learning among members of this species. Rats on the island of Norderoog in the North Seastalk and kill sparrows and ducks. Reproduction and life cycleThe brown rat can breed throughout the year if conditions are suitable, a female producing up tofive litters a year. The gestation period is only 21 days and litters can number up to fourteen,although seven is common. They reach sexual maturity in about 5 weeks. The maximum lifespan is up to three years, although most barely manage one. A yearly mortality rate of 95% isestimated, with predators and interspecies conflict as major causes.When lactating, female rats display a 24 hour rhythm of maternal behavior, and will usuallyspend more time attending to smaller litters than large ones.Brown rats live in large hierarchical groups, either in burrows or subsurface places such assewers and cellars. When food is in short supply, the rats lower in social order are the first to die.If a large fraction of a rat population is exterminated, the remaining rats will increase theirreproductive rate, and quickly restore the old population level. Social behaviorIt is common for rats to groom each other and sleep together. As with dogs, rats create a socialhierarchy, and each rat has its own place in the pack. Rats are said to establish an order ofhierarchy and so one rat will be dominant over another one. Groups of rats tend to "playfight", which can involve any combination of jumping, chasing, tumbling, and boxing. Playfighting involves rats going for each others necks, while serious fighting involves strikes at theothers back ends. BurrowingRats are known to burrow extensively, both in the wild and in captivity, if given access to asuitable substrate. Rats generally begin a new burrow adjacent to an object or structure, as thisprovides a sturdy "roof" for the section of the burrow nearest to the grounds surface. Burrowsusually develop to eventually include multiple levels of tunnels, as well as a secondaryentrance. Older male rats will generally not burrow, while young males and females willburrow vigorously.Burrows provide rats with shelter and food storage as well as safe, thermoregulated nest sites.Rats use their burrows to escape from perceived threats in the surrounding environment—forexample, rats will retreat to their burrows following a sudden, loud noise or while fleeing anintruder. Burrowing can therefore be described as a "pre-encounter defensive behavior", asopposed to a "post-encounter defensive behavior", such as flight, freezing, or avoidance of athreatening stimulus. Distribution and habitat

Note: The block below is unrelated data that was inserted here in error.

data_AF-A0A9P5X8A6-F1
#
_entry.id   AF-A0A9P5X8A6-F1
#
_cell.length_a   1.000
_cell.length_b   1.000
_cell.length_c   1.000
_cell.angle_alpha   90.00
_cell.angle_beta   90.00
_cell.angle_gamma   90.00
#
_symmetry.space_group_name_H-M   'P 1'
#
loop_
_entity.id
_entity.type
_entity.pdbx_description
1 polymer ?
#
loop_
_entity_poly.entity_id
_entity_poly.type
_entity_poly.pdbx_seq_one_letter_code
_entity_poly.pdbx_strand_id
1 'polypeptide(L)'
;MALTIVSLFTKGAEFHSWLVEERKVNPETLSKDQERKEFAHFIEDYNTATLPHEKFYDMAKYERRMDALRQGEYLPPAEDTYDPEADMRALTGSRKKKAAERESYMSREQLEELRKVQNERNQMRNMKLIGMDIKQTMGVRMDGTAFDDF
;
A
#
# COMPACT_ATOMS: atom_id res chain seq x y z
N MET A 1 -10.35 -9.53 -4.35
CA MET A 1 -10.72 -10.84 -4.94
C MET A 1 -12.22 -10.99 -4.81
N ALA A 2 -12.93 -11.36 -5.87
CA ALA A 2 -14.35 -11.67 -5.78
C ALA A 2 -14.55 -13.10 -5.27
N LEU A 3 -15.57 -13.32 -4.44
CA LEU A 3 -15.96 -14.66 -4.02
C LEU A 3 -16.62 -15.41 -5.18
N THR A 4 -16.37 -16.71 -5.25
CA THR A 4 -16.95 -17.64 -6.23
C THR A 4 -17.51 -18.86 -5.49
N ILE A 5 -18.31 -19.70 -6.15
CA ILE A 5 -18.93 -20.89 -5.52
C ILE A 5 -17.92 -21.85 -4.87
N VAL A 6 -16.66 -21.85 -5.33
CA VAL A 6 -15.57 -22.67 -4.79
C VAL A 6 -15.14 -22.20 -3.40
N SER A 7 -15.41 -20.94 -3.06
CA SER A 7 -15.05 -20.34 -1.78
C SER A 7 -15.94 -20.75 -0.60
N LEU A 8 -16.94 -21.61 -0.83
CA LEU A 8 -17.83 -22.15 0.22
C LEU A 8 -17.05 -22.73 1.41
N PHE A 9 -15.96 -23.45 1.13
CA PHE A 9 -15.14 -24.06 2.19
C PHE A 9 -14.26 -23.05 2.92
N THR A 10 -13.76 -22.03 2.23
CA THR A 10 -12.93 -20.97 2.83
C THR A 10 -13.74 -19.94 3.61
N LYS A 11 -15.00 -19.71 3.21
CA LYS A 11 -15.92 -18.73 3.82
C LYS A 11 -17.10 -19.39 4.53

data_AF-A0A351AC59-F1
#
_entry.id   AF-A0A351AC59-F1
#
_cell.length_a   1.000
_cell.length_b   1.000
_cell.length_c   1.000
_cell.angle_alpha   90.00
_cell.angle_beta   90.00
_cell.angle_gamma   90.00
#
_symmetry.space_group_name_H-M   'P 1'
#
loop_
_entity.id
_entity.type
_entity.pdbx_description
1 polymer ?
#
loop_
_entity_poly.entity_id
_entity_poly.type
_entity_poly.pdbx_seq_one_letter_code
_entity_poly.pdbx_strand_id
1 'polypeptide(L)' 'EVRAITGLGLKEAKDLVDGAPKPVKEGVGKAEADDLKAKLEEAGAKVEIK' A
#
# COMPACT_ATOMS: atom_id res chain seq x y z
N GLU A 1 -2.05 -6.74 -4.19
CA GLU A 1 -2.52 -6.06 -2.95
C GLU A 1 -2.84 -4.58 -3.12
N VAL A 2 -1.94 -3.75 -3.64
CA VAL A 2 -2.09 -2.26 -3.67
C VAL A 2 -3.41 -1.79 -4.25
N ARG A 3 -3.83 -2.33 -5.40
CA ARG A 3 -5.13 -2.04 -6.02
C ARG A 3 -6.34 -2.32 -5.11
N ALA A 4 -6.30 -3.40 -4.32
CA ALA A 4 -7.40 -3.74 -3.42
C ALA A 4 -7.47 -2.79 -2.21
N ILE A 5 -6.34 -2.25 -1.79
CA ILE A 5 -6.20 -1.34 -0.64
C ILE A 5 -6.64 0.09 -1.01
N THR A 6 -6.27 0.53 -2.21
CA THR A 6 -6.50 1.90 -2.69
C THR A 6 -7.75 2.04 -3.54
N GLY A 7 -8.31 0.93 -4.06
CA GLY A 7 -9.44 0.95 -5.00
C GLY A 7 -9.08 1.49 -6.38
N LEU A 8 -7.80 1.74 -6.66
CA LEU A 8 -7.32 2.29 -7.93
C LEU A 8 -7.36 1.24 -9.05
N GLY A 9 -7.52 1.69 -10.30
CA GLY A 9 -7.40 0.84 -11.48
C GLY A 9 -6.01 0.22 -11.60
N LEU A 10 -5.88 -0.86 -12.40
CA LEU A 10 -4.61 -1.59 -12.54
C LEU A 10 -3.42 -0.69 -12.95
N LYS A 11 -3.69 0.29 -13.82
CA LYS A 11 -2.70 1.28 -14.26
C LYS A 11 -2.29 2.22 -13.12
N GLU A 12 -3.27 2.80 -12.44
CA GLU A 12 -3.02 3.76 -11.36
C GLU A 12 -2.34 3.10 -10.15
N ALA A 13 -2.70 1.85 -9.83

Likely originating from the plains of Asia, Northern China and Mongolia, the brown rat spreadto other parts of the world sometime in the Middle Ages. The question of when brownrats became commensal with humans remains unsettled, but as a species they have spread andestablished themselves along routes of human migration and now live almost everywherehumans do.The brown rat may have been present in Europe as early as 1553, a conclusion drawn from anillustration and description by Swiss naturalist Conrad Gesner in his book Historiae animalium,published 1551-1558. Though Gesners description could apply to the black rat, his mention ofa large percentage of albino specimens—not uncommon among wild populations of brownrats—adds credibility to this conclusion. Reliable reports dating to the 18th century documentthe presence of the brown rat in England in 1730, France in 1735, Germany in 1750, and Spainin 1800, becoming widespread during the Industrial Revolution. It did not reach NorthAmerica until around 1750-1755.As it spread from Asia, the brown rat generally displaced the black rat in areas where humanslived. In addition to being larger and more aggressive, the change from wooden structures andthatched roofs to bricked and tiled buildings favored the burrowing brown rats over the arborealblack rats. In addition, brown rats eat a wider variety of foods, and are more resistant to weatherextremes.In the absence of humans, brown rats prefer damp environments such as river banks.However, the great majority are now linked to man-made environments, such as sewage systems.Brown rat in a flower box in the East Village of New York City.It is often said that there are as many rats in cities as people, but this varies from area to areadepending on climate, living conditions, etc. Brown rats in cities tend not to wander extensively,often staying within 20 m (66 ft) of their nest if a suitable concentrated food supply is available,but they will range more widely where food availability is lower. In New York City there is greatdebate over the size of the rat population with estimates from almost 100 million rats to as few as250,000. Experts suggest New York is a particularly attractive place for rats because of itsaging infrastructure, high moisture and poverty rates. In addition to sewers, rats are verycomfortable living in alleyways and residential buildings, as there is usually a large andcontinuous food source in those areas.